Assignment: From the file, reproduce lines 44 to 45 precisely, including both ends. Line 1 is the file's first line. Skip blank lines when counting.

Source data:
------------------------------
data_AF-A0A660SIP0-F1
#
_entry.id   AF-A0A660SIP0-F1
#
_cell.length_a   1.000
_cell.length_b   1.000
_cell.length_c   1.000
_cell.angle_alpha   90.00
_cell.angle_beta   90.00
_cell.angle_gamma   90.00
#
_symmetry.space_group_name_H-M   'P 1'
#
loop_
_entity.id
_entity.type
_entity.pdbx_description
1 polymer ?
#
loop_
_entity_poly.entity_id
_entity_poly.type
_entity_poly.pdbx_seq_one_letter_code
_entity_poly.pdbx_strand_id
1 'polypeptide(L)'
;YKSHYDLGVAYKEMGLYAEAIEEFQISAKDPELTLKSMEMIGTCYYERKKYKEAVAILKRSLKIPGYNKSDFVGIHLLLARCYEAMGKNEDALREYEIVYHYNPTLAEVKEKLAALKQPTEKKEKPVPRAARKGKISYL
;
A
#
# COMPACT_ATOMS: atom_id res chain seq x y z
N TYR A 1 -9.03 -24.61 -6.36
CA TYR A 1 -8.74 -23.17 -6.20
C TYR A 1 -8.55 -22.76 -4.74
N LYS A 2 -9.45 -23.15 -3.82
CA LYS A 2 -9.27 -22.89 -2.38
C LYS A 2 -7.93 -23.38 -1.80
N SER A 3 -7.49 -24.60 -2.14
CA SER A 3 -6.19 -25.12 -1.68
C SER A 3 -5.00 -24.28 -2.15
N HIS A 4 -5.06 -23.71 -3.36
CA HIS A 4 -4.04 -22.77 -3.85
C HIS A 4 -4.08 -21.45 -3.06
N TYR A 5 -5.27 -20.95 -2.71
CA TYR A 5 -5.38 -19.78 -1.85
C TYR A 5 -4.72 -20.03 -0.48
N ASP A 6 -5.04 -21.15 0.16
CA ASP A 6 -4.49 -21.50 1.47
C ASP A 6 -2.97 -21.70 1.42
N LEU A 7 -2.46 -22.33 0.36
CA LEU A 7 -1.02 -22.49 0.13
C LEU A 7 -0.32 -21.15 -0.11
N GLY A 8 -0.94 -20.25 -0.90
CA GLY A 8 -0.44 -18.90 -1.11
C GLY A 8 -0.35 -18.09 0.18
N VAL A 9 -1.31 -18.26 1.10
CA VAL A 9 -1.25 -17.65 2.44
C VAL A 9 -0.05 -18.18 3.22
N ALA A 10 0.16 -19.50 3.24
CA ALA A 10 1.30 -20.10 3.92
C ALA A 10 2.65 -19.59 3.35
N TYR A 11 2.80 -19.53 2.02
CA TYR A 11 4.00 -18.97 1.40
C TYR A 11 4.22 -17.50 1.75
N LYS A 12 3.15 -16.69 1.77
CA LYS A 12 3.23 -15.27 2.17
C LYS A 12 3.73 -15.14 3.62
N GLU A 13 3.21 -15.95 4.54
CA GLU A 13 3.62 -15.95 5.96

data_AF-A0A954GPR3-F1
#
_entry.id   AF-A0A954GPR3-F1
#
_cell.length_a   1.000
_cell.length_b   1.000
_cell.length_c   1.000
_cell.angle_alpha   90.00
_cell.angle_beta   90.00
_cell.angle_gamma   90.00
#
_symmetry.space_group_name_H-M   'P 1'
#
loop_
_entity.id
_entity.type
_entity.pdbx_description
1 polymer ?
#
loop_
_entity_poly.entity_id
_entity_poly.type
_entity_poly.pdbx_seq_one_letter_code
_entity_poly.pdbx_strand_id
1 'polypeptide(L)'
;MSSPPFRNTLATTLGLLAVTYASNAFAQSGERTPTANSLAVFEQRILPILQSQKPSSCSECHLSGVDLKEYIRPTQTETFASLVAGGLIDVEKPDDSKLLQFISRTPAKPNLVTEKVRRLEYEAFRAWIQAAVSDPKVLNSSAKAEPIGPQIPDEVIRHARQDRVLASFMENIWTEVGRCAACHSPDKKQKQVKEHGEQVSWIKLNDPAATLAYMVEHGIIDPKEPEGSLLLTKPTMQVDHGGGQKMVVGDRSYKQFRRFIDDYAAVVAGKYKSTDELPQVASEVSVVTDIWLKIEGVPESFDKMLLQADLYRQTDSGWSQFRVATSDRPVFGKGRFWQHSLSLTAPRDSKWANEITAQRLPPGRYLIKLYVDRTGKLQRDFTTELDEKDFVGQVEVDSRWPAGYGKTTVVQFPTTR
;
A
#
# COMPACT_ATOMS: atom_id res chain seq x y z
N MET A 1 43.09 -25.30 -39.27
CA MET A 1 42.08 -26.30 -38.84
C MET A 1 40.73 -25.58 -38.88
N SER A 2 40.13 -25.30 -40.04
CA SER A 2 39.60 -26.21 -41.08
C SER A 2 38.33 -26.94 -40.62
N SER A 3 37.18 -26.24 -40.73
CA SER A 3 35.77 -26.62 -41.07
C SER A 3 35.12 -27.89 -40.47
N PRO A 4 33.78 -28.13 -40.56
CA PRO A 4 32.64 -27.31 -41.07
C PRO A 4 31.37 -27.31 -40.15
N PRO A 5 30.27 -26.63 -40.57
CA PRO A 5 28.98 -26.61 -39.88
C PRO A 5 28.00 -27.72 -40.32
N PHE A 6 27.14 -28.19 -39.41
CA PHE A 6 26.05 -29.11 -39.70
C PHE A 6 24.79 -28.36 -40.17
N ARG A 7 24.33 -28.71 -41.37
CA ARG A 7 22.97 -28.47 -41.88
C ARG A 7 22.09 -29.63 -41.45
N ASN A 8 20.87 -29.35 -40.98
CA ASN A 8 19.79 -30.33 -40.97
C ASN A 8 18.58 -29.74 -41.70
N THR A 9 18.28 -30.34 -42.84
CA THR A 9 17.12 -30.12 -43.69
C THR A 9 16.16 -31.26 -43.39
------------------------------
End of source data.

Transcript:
CA TYR A 5 -5.38 -19.78 -1.85
C TYR A 5 -4.72 -20.03 -0.48